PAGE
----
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Alexandrina Council is located at the very end of one of the country’s most important rivers, the River Murray, and all of our major townships are located adjacent to significant water bodies.

Significant Water bodies and catchment areas are the Murray Mouth on our eastern boundary, Lake Alexandrina, the Goolwa Channel, Currency Creek, the Angas, Bremer and Finniss River, the Tookayerta Creek as well as several wetlands.

no 1 Strathalbyn angas river Goolwa

Our region is recognised nationally and internationally for these important aquatic environments and we therefore focus on the sustainable management of these water resources as part of the Environmental Action Plan 2014-2018.

Learn more about Council's water management actions, goals, strategies, advocacy and achievements below.

As part of this Environmental Action Plan, it is our goal to become a water sensitive community in order to create and implement strategies to protect our water resources. These strategies/actions are:

  • minimise council water use
  • maximise the re-use of rain, stormwater and wastewater
  • promote water sensitive development/water sensitive urban design (WSUD) and create public spaces that harvest clean and recycled water
  • maintain and enhance the health of our waterways and wetlands
  • provide the water security essential for economic prosperity by efficiently using the diversity of available water resources
  • contribute to biodiversity and carbon sequestration
  • mitigate against flood risk
  • provide community leadership.

Aiming at becoming a ‘water sensitive’ community the above mentioned strategies and actions will guide us in creating places that are resilient, liveable, productive and sustainable.

Some of our achievements regarding sustainable water management are:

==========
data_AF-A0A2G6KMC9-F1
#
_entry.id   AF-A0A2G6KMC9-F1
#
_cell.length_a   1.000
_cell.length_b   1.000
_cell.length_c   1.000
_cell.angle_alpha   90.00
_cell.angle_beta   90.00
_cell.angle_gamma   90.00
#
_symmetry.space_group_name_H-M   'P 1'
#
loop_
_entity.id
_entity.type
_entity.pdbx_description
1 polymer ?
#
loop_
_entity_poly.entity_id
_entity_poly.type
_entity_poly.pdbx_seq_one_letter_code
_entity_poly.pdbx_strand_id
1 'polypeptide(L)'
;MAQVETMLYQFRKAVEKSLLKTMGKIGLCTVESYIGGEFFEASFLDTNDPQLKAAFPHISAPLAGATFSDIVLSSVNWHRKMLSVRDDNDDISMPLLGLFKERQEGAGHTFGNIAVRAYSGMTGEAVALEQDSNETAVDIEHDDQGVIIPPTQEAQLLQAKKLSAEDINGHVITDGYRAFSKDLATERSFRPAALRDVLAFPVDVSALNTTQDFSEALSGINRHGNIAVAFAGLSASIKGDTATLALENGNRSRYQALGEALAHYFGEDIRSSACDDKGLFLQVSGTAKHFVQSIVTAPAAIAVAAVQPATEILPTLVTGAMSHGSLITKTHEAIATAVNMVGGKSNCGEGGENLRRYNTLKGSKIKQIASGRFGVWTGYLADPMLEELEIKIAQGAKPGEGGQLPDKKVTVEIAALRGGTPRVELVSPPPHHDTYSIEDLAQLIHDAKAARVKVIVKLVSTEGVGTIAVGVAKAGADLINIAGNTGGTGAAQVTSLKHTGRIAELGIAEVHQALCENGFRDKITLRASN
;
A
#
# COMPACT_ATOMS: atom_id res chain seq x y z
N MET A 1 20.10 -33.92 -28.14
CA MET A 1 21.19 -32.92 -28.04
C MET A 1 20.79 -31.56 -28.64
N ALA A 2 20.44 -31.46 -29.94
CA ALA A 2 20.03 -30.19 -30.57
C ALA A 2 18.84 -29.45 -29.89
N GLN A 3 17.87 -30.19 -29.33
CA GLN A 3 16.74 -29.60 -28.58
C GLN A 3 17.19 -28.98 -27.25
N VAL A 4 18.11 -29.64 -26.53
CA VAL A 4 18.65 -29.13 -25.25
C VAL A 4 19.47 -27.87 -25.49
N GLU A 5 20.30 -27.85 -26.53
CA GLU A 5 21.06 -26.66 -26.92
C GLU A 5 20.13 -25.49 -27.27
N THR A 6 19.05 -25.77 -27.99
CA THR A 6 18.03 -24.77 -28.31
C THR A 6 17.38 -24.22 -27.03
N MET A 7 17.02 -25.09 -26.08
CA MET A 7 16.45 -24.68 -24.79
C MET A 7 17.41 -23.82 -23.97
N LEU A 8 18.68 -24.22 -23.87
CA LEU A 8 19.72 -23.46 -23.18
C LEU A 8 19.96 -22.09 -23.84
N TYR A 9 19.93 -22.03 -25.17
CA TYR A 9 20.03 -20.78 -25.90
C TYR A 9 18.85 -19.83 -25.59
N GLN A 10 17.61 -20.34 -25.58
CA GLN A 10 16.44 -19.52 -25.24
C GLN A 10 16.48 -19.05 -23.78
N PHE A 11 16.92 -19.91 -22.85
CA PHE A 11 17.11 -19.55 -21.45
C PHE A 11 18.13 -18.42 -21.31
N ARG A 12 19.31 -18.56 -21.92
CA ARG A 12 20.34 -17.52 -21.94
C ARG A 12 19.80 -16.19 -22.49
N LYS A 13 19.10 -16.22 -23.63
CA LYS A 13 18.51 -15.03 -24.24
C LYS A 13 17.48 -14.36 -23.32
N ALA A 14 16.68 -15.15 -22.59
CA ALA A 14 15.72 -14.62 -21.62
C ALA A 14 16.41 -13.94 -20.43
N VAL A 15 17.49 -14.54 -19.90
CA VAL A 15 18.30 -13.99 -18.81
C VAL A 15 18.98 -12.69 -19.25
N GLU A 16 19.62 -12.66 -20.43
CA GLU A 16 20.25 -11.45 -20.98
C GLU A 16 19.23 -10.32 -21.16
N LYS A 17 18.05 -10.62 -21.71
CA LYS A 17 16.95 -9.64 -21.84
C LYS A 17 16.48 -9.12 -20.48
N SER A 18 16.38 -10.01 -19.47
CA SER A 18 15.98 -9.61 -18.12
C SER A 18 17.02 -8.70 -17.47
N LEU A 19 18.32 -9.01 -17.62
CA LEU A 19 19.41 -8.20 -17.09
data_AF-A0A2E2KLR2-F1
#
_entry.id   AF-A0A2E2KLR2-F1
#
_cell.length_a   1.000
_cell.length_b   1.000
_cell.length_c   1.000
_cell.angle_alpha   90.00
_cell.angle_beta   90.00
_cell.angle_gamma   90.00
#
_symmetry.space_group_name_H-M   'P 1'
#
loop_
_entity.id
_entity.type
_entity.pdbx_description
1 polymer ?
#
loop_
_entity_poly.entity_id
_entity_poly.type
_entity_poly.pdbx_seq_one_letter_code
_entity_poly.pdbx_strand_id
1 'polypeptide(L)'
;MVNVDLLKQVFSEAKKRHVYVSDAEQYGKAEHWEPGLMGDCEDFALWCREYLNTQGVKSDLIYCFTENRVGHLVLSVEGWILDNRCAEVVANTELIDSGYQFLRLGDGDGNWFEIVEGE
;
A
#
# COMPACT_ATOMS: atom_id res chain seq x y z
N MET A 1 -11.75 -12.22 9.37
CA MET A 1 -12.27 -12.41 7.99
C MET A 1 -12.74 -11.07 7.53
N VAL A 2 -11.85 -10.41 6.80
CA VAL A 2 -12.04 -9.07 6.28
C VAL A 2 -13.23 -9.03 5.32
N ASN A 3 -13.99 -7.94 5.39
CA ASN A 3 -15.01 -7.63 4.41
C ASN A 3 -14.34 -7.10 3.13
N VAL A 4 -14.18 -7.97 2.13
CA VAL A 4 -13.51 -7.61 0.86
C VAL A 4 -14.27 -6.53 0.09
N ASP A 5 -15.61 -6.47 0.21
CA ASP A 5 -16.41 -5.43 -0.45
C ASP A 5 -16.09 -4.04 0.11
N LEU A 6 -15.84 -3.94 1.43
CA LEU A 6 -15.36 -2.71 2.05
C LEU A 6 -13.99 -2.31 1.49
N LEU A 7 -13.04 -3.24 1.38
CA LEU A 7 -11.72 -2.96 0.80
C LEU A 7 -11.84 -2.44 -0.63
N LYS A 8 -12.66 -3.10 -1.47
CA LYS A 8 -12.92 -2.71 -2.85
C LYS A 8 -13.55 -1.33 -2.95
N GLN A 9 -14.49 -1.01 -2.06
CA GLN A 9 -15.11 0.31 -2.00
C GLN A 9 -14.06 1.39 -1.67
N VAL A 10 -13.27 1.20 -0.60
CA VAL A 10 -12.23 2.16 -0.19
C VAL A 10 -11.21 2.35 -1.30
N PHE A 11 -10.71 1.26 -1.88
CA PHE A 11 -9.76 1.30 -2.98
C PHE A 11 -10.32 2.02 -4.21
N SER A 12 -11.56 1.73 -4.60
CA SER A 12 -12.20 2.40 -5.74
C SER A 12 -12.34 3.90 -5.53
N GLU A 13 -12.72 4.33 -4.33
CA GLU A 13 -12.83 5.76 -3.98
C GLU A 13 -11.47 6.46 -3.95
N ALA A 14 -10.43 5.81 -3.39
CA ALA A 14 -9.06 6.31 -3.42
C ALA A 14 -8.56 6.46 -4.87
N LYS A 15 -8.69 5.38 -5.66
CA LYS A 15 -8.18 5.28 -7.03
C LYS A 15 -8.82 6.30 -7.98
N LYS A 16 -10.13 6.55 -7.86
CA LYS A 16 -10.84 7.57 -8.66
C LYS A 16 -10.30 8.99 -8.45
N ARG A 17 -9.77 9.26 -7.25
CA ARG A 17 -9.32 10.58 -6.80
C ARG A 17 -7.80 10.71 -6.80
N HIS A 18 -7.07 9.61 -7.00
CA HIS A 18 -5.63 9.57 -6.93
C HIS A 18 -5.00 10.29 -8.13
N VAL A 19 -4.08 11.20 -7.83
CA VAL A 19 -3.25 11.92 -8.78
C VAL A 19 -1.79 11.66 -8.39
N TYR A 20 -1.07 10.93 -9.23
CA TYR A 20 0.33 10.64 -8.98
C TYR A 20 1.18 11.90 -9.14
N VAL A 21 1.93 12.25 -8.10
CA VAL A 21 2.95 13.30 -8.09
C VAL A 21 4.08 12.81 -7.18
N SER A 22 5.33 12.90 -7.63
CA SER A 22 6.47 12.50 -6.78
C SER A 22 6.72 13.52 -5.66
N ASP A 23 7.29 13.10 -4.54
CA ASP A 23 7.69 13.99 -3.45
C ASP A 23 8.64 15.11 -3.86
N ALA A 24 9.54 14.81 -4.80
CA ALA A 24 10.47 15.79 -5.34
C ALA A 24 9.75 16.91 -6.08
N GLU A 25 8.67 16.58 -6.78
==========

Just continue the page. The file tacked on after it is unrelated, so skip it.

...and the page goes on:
• The Urban Greening Project of the Strathalbyn Pocket Park, incorporating climate change adaptations though adopting  WSUD principles, resulted in:
    • reduction of urban run-offs to drains hereby reducing Council’s average annual flood damage and costs;
    • reduction of the microclimate within Strathalbyn:microclimate modelling carried out for Strathalbyn Pocket Park shows that the application of WSUD reduces urban heat at the park significantly by over 20° Celsius;
    • increased urban green spaces: providing an attractive respite for pedestrians and visitors;
    • providing a pedestrian-friendly connection between main street precincts: making the city centre shopping more liveable and walkable; and
    • increasing neighbourhood character and residential property values: providing indirect monetary benefits to the residents.
  • Strathalbyn Library includes best practice WSUD features: localised stormwater capture provides water for landscaping and a 130,000l underground rainwater tank provides water for toilet flushing.
  • Construction and expansion of stormwater storage, cleansing wetlands and redistribution/ re-usage networks within Goolwa, Strathalbyn, Port Elliot and Mount Compass.
  • All major parks and gardens within the Goolwa Township are irrigated using recycled stormwater or wastewater. Mains Water Saving = approx. 45ML per year.
  • We maintain a total of 31 gross pollutant traps which remove pollutants from stormwater before it enters the region’s waterway.